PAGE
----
Ever wish you could look inside everyone’s bathroom for inspiring ideas for your own remodel? We do, and we did. In this piece, we look into four distinct styles of bathrooms, from a simple powder room to a complete bathroom overhaul, all cleverly designed in their own way. Peek into the creative ideas behind a Craftsman in southeast Portland, a custom beach house in Neskowin, a lodge-style home in Bend and a contemporary abode in Lebanon, Oregon.
A uniquely designed home in northwest Bend that uses multiple construction types and features a second floor bridge that connects the main house to the garage with an upstairs living space; originally built in 2002, and bought by its current owners in 2011.
Steve Porino, 48, broadcaster; and Amanda Atwill, 32, finacial adviser.
To overhaul an unsightly, 78-square-foot, L-shaped, hodgepodge of a bathroom over the garage whose original décor, recalls Porino, included “a fiberglass shower, orange linoleum floor, sponge-blotted walls of blue and gold, and a lonely gray commode out in open space.” The homeowners wanted to do as much of the work themselves as possible, and the updated room needed to accommodate both Porino’s affinity for contemporary interiors and Atwill’s love of the cozy, French country aesthetic.
Designing an enlarged, 130-square-foot rectangular space that feels simultaneously warm and modern, to please both homeowners. The room blends elegant, low-maintenance materials, such as porcelain tiles made to resemble marble, with practical considerations. such as a double vanity, a two-person soaking tub, and a walk-in shower. A new window brings in much needed light, and radiant floor heating links to the house’s existing system. Porino and Atwill kept costs low by doing much of the labor themselves, including some of the drywall hanging, tile setting and most of the demolition.
THINK BUDGET BEAUTIFUL
Increasingly, there are exciting and surprisingly affordable options on the market for clients who are drawn to clean lines and natural stone. Calcutta Bianchi Porcelain is such a product. I have not been a fan of porcelain tile until lately. But I must admit, it’s truly amazing what manufacturers are designing, and it keeps getting better.
When space is at a premium, think creatively about the big picture. Here, there was a lot that the owners wanted to fit into the existing space. After some discussion, they decided to open up the entire room and start from scratch. After the walls came down, planning the room became much easier.
Soaking Tub: Forma, Jason
Vanity: Millia (mirrors, sink and fixtures), modernbathroom.com
Linen Cabinet: Beny Ambauen of Swiss Woodworking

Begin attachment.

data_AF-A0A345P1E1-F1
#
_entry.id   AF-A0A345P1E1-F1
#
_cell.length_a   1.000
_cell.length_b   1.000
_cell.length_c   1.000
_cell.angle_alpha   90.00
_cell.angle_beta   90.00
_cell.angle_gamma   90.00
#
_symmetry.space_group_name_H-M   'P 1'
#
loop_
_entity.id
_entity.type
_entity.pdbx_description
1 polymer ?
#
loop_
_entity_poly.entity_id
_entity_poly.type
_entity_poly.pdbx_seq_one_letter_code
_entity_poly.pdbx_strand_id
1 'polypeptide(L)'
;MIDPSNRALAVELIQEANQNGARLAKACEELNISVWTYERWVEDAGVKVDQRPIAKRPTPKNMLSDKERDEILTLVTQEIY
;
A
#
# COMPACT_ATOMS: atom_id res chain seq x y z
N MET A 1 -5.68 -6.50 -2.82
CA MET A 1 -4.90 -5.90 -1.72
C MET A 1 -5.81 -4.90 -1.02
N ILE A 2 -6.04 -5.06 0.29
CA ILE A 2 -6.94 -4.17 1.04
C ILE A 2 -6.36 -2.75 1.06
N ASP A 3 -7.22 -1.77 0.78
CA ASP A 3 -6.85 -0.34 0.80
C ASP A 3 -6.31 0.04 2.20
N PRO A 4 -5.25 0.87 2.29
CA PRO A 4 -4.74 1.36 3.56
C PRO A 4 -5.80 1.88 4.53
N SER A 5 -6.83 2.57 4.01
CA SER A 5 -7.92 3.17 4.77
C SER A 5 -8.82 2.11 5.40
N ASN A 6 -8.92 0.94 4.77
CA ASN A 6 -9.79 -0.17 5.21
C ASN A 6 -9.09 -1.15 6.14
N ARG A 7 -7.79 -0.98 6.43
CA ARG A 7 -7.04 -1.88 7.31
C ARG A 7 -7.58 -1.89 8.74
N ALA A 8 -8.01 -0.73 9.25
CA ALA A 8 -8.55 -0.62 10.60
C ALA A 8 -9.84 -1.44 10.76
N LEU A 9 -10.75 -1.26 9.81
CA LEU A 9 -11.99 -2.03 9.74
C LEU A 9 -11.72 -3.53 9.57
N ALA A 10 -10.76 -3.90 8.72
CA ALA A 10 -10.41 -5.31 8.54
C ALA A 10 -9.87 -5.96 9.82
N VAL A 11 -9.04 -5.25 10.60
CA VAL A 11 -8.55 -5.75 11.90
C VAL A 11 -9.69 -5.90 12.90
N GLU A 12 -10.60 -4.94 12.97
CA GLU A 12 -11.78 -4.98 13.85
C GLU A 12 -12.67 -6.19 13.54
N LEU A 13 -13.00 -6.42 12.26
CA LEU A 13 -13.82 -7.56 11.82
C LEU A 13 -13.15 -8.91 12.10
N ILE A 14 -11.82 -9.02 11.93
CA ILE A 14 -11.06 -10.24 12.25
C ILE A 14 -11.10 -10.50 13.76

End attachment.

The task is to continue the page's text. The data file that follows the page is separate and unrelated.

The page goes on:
Barn Door: Handmade by Porino
DESIGNER | Kirsti Wolfe Designs | kirstiwolfedesigns.com
BUILDERS | Jay Bird Construction | Jeff Loudermilk | 541.390.8725
A custom, contemporary oasis of a home that overlooks the Santiam River in Lebanon, Oregon, and was completed in 2010.
Jennifer Walter, 56, a retired attorney and current sixth grade teacher.
To build a stylish, modestly sized master bathroom on a budget that feels like a retreat and complements a magnificent river view. An additional goal was to tastefully reflect the homeowner’s love of the color blue.
Creating a tranquil, 80-square-foot space with large windows that help establish the river as the focal point. Walter installed a tub that overlooks the water and a tile shower, which is decorated in calming shades of blue and gray. The room makes the most of a modest footprint through the use of floating cabinets.
INCLUDE FLOATING FURNITURE FOR TINY SPACES
In a smaller bathroom, floating cabinets allow the space below to expand without sacrificing counter space.
USE SHADES OF GREY TO YOUR ADVANTAGE
When working with shades of blue, I like to add a lot of grey to the palette. As a rule, color intensifies when placed on all four walls of a room.
DON’T NEGLECT YOUR CEILINGS
Run wall color up onto the ceiling. This softens the color and instantly opens up the room. Knobs are the gateway to storage, but too often, the aesthetics for these essential items are an afterthought. Spruce up your bathroom with beautiful and local hardware.
Soaking Tub: Fiber-Fab, George Morlan Plumbing
Tile: Interstyle Supergres Nouveau Gris; Pebble Mosaic, Baptista Tile
Paint: Benjamin Moore
ARCHITECT | Nathan Good | nathangoodarchitect.com
BUILDER | Kevin Rea | reaco-nw.com
DESIGNER | Barbara Sumner | sumnergray.com